could rob and exploit the workers in the most barbaric way, using terror and
obscurantism‖7.
On the other hand, according to the Interior minister, the proposal regarding
a new administrative division was linked to the idea of ―class fight and (…) the
strengthening of the relationship between the working class and peasantry, the
strengthening of our proletariat‘s leading role‖. The propagandistic feature of this
kind of wooden language is obvious. This so called ‗class fight‘ becomes specific in
a society where the addiction between urban and rural areas was getting higher by

3
Rezoluŝii şi hotărâri ale Comitetului Central al Partidului Muncitoresc Român 1948-1950,
p. 253
4
Cristina Monica Loşonţi (Mitran), „The «rayon» - administrative subunit of the region
between 1950 and 1968 – was it a territorial-administrative unit serving development?‖, in
Lucrările seminarului geografic Dimitrie Cantemir, 2008, no. 28, p. 190
5
The full name was ‘The Commission for the adminitrative-economic reorganization‘, with
members from the CC of RWP, The Commission for State Planning, The State
Commission for the application of the ‗Sfaturi Populare‘ Law (where T. Georgescu was
president also), the Ministry of Defense and the Ministry of Public Education. See: Andrei
Florin Sora, „Organizarea administrativ-teritorială a Republicii Populare Române:
înfiinţarea raioanelor şi regiunilor‖, in Anuarul Institutului de Istorie „A. D. Xenopol”,
vol. XLIX, 2012, p. 171-172
6
Teohari Georgescu, Expunere asupra proectului de lege pentru raionarea teritoriului
R.P.R, Romanian Worker Party Publisher, 1950, p. 7
7
Ibidem, p. 10-11

134
Annals of the University of Oradea, History-Archaeology Series, Tome XXVI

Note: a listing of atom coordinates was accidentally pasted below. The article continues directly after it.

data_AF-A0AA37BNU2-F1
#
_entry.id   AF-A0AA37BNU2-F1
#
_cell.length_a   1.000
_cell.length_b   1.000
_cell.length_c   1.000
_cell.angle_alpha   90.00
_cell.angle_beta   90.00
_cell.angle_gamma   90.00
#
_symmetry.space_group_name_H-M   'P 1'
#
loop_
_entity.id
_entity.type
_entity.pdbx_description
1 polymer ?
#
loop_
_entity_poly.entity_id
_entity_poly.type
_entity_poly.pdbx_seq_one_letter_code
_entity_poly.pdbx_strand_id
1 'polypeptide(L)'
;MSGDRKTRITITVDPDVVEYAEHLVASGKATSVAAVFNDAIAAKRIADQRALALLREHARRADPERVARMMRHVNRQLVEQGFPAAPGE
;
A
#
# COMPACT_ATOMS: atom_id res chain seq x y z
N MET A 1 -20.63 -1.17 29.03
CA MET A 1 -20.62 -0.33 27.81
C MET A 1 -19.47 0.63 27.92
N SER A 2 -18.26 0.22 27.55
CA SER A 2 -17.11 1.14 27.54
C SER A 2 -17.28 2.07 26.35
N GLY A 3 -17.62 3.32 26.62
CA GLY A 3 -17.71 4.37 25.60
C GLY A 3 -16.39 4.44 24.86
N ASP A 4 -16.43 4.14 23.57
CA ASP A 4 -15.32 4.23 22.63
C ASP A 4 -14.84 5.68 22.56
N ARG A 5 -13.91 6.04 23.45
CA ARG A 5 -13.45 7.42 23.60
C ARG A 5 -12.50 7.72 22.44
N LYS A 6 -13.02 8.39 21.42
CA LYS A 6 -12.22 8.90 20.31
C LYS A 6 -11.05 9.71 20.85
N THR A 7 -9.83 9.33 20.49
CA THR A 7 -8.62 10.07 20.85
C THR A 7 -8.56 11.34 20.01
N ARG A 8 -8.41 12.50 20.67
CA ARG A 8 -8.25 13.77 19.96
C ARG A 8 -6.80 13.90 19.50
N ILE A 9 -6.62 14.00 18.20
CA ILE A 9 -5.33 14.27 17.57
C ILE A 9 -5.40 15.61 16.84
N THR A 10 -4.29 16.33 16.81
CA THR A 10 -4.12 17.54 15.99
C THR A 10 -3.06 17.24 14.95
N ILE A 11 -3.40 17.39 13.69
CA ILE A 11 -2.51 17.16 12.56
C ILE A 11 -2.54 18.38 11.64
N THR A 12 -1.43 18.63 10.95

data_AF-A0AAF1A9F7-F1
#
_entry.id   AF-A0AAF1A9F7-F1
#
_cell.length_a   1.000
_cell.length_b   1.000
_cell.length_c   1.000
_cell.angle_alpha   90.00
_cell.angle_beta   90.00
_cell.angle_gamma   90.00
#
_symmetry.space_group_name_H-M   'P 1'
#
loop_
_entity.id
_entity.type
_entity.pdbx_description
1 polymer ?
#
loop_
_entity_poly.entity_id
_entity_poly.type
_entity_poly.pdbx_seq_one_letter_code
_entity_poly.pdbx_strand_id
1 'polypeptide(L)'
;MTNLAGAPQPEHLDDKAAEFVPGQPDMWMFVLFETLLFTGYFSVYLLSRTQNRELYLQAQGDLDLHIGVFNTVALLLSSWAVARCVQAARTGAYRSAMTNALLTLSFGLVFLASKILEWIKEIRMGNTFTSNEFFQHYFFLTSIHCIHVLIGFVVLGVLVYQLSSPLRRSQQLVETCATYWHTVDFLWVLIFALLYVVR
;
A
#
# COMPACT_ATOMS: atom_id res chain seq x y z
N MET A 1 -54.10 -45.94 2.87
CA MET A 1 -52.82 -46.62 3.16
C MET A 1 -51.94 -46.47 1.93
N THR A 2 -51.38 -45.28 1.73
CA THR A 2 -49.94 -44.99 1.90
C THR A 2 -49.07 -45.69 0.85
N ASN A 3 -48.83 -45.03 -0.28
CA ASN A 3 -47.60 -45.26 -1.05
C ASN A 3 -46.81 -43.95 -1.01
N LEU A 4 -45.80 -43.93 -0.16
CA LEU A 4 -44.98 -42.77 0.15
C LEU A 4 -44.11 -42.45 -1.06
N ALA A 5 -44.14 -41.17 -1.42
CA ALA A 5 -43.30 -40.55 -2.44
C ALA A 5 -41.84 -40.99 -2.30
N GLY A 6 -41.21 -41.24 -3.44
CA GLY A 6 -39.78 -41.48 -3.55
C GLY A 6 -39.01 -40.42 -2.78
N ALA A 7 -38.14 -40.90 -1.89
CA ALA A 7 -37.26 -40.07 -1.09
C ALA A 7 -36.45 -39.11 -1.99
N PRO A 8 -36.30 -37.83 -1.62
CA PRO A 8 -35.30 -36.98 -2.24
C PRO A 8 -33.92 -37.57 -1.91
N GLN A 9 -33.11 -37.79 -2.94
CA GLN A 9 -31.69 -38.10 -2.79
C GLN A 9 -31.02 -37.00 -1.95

the day. We can easily discover here a new terrain for the ‗ideological war‘8, as
suggested by the speaker by the idea of ―eliminating artificial separation‖ between
the two environments9.
The will on creating administrative units bigger than counties –
regionalization, but not in the soviet meaning of the concept, wasn‘t so new after
all. In 1862, prime-minister Barbu Catargiu proposed the creating of ‗regions or
general prefectures‘ and Petre P. Carp claimed the founding of ‗governors‘ and
‗regions‘ with ‗regional constituencies‘. In the interwar period there had been some
other similar proposals, from Constantin Argetoianu (in 1921 and 1931) and Romul
Boilă, also in 193110.
The conditions taken into account in the ‗rayonning‘ process were linked to
the geographical, historical and national realities, and also to the communication
possibilities between localities. All administrative units (regions, rayons, cities and
villages) needed to be ―politically, administrative and economically operative (…)
and able to mobilize working mass for constructing socialism‖11.
The Law that made the administrative reorganization possible was adopted
on the 8th of September 195012. The 58 counties and 424 smaller territories called
‗plăşi‘ were abolished. Instead, 28 regions were created, along with 177 rayons, 148
cities and 4052 communes. Their leading organisms were called ‗Sfaturi Populare‘
(―local organisms of state power‖). On the 3rd of December 1950, local elections
were organized for new local leaders, won outright by the Popular Democracy
Front‘s representatives. The final step in the application of the reform was recording
it in the new Constitution, in 1952, when there were only 18 regions left (including
the Hungarian Autonomous Region), after numerous local disputes13.
Some researchers claim that the ‗rayoning‘ process didn‘t resolve
infrastructure problems, regarding communication issues between localities, but it
made them worse14. There were both advantages and disadvantages. Speaking about
investments, numerous cities were banned from them, but meanwhile small localities,
transformed into rayonal centers, could benefit from greater investments. Some
communes were transformed into cities (agro-industrial centers). All new rayonal
centers could hold factories, new administrative, medical and educational spaces, that
somewhat kept local population from leaving to bigger urban areas15. By this type of
socialist zoning, the communist authorities wanted to mark ―the supremacy of the
city‖, so the ‗rayoning‘ could be also considered the beginning of the socialist

8
Stelian Tănase, Elite şi societate. Guvernarea Gheorghiu-Dej 1948-1965, Humanitas,
Bucharest, 2006, p. 86
9
Ibidem, p. 14-15
10
Andrei Florin Sora, op. cit., p. 170
11
Rezoluŝii şi hotărâri…, p. 255
12
Law 5/1950, readable on: http://lege5.ro/Gratuit/gezdiobxgu/legea-nr-5-1950-pentru-
raionarea-administrativ-economica-a-teritoriului-republicii-populare-romane, accessed on
November 1st, 2015